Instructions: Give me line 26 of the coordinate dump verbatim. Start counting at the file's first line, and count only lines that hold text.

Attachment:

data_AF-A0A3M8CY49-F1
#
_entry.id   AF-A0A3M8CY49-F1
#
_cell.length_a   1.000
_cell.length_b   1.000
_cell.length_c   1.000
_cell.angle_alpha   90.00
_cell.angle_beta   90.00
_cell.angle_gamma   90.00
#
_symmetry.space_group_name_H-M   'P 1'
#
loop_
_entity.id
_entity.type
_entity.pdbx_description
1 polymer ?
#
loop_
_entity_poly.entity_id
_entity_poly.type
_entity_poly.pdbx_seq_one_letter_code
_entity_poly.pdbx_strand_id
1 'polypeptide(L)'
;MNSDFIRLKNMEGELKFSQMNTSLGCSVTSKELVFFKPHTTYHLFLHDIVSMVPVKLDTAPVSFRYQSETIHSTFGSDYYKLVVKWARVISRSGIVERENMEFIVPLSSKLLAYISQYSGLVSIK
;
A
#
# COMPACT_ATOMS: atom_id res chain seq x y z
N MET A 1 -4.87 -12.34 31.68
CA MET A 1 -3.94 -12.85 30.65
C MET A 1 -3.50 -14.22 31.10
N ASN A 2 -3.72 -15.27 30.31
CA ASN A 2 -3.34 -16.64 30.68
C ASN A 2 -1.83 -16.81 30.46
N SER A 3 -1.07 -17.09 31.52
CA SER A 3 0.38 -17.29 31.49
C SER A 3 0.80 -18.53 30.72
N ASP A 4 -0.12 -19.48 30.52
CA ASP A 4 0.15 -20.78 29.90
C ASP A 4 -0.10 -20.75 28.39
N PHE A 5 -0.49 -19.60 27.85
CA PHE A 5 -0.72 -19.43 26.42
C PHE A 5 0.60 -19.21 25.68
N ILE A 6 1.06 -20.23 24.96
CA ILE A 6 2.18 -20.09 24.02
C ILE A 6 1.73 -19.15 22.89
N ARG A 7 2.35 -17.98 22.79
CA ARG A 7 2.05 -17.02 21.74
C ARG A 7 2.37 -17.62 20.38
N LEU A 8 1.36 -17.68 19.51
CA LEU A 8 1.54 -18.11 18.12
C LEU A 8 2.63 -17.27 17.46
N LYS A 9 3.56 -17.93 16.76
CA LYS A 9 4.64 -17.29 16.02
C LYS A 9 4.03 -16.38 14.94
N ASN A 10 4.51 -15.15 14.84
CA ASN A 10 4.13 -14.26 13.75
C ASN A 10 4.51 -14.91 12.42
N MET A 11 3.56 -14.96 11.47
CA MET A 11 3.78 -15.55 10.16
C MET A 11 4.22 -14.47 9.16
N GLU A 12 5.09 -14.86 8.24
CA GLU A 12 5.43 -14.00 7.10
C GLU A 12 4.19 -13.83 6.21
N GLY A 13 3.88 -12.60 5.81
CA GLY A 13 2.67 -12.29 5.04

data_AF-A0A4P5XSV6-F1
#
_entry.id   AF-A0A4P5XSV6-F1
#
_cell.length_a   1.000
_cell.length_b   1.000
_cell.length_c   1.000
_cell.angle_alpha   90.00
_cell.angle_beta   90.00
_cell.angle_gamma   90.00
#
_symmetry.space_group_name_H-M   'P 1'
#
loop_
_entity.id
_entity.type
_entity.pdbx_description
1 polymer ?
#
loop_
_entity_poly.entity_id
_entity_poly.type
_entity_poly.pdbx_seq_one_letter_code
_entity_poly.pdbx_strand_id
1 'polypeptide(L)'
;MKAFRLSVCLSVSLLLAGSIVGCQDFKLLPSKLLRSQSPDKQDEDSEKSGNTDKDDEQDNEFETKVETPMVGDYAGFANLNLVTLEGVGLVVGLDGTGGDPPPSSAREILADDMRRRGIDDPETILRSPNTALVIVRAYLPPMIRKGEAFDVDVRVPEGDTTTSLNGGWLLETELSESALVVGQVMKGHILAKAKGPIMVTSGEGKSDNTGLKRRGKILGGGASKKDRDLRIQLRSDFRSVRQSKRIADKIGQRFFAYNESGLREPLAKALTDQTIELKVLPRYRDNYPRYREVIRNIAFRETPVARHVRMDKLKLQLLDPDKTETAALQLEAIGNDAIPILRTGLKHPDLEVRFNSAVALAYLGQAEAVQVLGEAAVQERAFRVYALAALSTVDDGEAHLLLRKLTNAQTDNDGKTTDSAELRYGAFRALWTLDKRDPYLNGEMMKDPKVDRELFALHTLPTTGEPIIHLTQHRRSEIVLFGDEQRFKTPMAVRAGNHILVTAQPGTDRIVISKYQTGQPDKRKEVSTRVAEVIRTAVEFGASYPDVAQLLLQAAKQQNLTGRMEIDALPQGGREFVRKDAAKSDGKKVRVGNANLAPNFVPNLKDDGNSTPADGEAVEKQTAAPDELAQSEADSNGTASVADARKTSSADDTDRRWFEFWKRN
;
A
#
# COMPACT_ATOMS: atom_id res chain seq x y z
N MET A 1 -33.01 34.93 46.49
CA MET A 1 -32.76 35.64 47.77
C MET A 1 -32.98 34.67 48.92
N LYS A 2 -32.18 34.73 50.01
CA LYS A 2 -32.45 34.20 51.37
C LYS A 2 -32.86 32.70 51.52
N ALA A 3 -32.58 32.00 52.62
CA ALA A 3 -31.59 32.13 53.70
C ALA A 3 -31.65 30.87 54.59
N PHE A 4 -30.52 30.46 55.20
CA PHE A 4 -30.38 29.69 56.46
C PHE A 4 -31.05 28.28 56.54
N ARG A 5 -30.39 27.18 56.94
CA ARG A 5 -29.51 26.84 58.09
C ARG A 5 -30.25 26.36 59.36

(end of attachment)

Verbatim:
;MNSDFIRLKNMEGELKFSQMNTSLGCSVTSKELVFFKPHTTYHLFLHDIVSMVPVKLDTAPVSFRYQSETIHSTFGSDYYKLVVKWARVISRSGIVERENMEFIVPLSSKLLAYISQYSGLVSIK